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Sigismund, Holy Roman Emperor

Index Sigismund, Holy Roman Emperor

Sigismund of Luxembourg (15 February 1368 in Nuremberg – 9 December 1437 in Znaim, Moravia) was Prince-elector of Brandenburg from 1378 until 1388 and from 1411 until 1415, King of Hungary and Croatia from 1387, King of Germany from 1411, King of Bohemia from 1419, King of Italy from 1431, and Holy Roman Emperor for four years from 1433 until 1437, the last male member of the House of Luxembourg. [1]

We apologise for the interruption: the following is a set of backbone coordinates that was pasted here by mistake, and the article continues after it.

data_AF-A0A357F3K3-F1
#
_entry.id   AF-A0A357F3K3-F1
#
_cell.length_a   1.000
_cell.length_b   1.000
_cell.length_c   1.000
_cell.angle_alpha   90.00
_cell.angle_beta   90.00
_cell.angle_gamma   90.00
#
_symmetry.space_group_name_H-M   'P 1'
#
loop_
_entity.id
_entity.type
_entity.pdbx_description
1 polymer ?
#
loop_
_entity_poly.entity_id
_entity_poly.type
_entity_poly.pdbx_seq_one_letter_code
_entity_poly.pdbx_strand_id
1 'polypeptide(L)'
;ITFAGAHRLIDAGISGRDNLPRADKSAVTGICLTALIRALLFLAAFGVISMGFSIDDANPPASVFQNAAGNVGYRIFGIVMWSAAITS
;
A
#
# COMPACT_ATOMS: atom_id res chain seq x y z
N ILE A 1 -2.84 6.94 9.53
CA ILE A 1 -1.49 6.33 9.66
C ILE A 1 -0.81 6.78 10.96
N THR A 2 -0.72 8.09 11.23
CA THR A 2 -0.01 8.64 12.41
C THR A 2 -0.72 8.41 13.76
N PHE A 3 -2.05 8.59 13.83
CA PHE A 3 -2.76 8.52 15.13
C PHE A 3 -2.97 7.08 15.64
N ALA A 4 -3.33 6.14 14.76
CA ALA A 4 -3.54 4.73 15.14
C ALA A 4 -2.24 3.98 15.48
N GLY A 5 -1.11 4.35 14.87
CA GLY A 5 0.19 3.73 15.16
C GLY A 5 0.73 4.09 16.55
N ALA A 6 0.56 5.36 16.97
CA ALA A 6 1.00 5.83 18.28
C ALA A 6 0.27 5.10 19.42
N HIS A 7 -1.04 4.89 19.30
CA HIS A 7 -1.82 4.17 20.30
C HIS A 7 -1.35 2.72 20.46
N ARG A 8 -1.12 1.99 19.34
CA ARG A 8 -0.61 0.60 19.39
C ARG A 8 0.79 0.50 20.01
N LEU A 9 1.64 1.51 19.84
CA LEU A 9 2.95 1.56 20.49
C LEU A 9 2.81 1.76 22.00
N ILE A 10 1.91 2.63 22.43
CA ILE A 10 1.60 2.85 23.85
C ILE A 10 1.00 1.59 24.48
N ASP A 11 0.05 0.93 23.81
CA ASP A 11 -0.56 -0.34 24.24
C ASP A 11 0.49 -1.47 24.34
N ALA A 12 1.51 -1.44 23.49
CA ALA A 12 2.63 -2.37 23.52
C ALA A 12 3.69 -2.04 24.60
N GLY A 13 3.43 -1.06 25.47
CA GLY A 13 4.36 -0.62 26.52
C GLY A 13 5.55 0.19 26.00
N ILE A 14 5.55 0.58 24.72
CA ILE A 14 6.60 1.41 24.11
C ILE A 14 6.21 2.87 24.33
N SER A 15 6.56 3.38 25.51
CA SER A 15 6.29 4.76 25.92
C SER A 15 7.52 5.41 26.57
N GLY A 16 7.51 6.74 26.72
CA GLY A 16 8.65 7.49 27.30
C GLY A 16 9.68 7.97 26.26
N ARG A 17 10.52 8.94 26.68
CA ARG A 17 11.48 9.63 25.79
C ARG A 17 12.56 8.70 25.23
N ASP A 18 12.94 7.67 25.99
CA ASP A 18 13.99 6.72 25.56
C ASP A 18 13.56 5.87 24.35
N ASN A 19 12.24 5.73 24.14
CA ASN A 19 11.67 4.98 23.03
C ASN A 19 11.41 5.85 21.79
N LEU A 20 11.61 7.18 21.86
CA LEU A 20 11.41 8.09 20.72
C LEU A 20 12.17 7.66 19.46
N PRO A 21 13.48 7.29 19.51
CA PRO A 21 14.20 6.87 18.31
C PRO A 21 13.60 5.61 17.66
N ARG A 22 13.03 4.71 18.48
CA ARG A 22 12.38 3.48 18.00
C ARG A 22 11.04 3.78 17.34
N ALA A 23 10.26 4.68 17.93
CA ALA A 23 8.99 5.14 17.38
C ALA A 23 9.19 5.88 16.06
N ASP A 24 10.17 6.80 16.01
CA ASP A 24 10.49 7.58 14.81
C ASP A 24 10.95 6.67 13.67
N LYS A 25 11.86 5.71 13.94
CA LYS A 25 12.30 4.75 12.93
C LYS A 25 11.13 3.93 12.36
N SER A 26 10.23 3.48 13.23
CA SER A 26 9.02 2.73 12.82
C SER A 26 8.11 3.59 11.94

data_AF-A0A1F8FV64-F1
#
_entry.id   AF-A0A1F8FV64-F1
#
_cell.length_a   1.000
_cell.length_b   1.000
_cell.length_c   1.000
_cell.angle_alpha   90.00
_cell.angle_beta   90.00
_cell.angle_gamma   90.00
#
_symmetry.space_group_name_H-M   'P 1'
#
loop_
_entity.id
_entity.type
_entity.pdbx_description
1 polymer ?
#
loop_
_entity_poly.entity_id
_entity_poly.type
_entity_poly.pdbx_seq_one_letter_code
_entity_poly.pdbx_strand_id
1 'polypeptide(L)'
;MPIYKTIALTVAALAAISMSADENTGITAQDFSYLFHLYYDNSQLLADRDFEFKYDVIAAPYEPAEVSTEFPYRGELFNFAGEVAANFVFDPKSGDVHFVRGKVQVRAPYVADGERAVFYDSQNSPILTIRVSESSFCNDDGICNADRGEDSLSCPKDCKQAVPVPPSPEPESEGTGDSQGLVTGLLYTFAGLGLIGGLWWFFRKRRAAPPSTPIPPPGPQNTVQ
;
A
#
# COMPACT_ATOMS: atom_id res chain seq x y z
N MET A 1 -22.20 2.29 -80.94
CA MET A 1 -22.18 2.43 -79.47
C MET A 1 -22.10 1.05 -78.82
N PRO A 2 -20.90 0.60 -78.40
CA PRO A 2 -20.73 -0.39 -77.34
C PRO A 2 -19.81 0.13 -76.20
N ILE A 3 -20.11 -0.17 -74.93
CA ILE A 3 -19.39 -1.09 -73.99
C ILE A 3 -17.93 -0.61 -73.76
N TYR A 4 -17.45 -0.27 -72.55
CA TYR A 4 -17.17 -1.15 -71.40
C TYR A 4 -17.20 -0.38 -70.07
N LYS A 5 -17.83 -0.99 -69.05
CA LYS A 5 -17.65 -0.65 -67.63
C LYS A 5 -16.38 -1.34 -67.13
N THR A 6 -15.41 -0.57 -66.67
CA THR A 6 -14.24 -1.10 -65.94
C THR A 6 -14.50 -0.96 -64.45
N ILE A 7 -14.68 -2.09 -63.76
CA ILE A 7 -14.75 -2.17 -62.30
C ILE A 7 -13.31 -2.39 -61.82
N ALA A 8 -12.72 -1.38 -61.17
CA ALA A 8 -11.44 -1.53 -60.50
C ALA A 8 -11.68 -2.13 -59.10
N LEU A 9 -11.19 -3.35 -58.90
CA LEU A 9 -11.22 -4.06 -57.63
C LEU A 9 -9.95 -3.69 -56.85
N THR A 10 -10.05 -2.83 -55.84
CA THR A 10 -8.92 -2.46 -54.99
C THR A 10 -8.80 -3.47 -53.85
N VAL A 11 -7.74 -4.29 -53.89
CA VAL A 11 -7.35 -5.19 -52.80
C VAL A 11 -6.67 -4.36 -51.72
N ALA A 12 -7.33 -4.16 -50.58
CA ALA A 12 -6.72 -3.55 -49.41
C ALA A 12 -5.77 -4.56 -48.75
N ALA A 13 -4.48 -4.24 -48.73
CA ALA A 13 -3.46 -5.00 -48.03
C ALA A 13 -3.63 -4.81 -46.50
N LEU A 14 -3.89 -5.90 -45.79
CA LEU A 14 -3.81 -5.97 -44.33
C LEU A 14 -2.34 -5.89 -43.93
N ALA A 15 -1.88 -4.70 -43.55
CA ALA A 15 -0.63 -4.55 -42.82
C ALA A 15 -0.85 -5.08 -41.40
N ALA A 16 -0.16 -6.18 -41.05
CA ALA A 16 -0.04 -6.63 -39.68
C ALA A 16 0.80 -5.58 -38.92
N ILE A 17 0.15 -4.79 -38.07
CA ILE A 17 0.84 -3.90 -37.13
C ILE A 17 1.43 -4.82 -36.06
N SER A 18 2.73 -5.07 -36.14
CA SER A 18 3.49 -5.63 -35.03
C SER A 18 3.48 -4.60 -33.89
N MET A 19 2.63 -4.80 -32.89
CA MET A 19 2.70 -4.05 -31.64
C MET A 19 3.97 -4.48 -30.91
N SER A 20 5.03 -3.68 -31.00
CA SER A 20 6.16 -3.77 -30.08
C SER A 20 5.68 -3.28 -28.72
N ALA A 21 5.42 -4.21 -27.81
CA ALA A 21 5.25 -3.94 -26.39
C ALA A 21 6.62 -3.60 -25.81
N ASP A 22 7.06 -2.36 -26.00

188 relations: Aachen, Albanian revolt of 1432–36, Albert II of Germany, Aldona of Lithuania, Antipope John XXIII, Đurađ II Balšić, Barbara of Cilli, Battle of Agincourt, Battle of Grunwald, Battle of Nicopolis, Bayezid I, Beatrice d'Avesnes, Beckov Castle, Bloody Sabor of Križevci, Bogislaw IV, Duke of Pomerania, Bogislaw V, Duke of Pomerania, Born in the purple, Buda, Buda Castle, Bulgaria, Casimir III the Great, Catholic Church, Charles III of Naples, Charles IV, Holy Roman Emperor, Childbirth, Christianity, Clan Ostoja, Constantinople, Coronation, Council of Constance, Council of Florence, Croatia in union with Hungary, Croats, Czech Republic, Czechs, Dalmatia, Danube, Death by burning, Drava, Duke, Elizabeth of Bohemia (1292–1330), Elizabeth of Bosnia, Elizabeth of Luxembourg, Elizabeth of Poland, Duchess of Pomerania, Elizabeth of Pomerania, Engagement, Estates of the realm, Family tree of the German monarchs, Frederick I, Elector of Brandenburg, Frederick III, Holy Roman Emperor, ..., Free Imperial City of Nuremberg, Fruzhin, Garai family, Götz Otto, Gediminas, Gertrude of Hohenberg, Grand Duchy of Lithuania, Greater Poland, Henry V of England, Henry VI, Count of Luxembourg, Henry VII, Holy Roman Emperor, Heresy, Hermann II, Count of Celje, Holy Crown of Hungary, Holy Roman Emperor, Holy Roman Empire, House of Hohenzollern, House of Luxembourg, Hungarian language, Hunyadi family, Hussite Wars, Hussites, Hvar, Imperial Reform, Iron Crown of Lombardy, Italy, Jadwiga of Kalisz, Jadwiga of Poland, Jan Hus, Jewna, Jobst of Moravia, John Horvat, John Hunyadi, John I, Duke of Brabant, John of Bohemia, John the Fearless, Judith of Habsburg, King of Hungary, King of Italy, King of the Romans, Kingdom Come: Deliverance, Kingdom of Bohemia, Kingdom of Burgundy, Kingdom of England, Kingdom of France, Kingdom of Germany, Kingdom of Hungary, Kingdom of Poland (1385–1569), Konstanz, Korčula, Kotromanić dynasty, Kraków, Kunigunda of Halych, Ladislaus I of Hungary, Ladislaus of Naples, Lands of the Bohemian Crown, Latin, Legend, Lesser Poland, List of Bohemian monarchs, List of German monarchs, List of Polish monarchs, List of rulers of Brandenburg, List of rulers of Croatia, List of rulers of Lithuania, Louis I of Hungary, Mačva, Margaret of Brabant, Margaret of Flanders, Duchess of Brabant, Margraviate of Brandenburg, Mary, Queen of Hungary, Matthias Corvinus, Messalina, Middle Ages, Milan, Mircea (film), Montenegrins, Moravia, Neumark, Nicholas II Garai, Nikopol, Bulgaria, Nobility, Nowy Sącz, Nuremberg, Oradea, Order of the Dragon, Ottokar II of Bohemia, Ottoman Empire, Papal bull, Paul Horvat, Philip the Bold, Pippo Spano, Pisanello, Polish language, Pope Boniface IX, Pope Eugene IV, Portrait of Sigismund of Luxemburg, Prague, Prince-elector, Principality of Zeta, Queen consort, Reform, Republic of Venice, Romania, Rome, Rudolf I of Germany, Rupert, King of Germany, Safe conduct, Sava, Siena, Sigismund of Burgundy, Slavonia, Slovakia, Sophia of Bavaria, Stibor of Stiboricz, Székesfehérvár, Teutonic Order, The Whore (2010 film), Thomas Carlyle, Tournament (medieval), Transylvania, Treaty of Győr (1386), Turkish people, Tvrtko I of Bosnia, Váh, Veneto, Vidin, Visegrád, Vision (spirituality), Wartislaw IV, Duke of Pomerania, Władysław I the Elbow-high, Władysław II Jagiełło, Wenceslaus II of Bohemia, Wenceslaus IV of Bohemia, Western Schism, Zadar, Znojmo, Zvolen. Expand index (138 more) »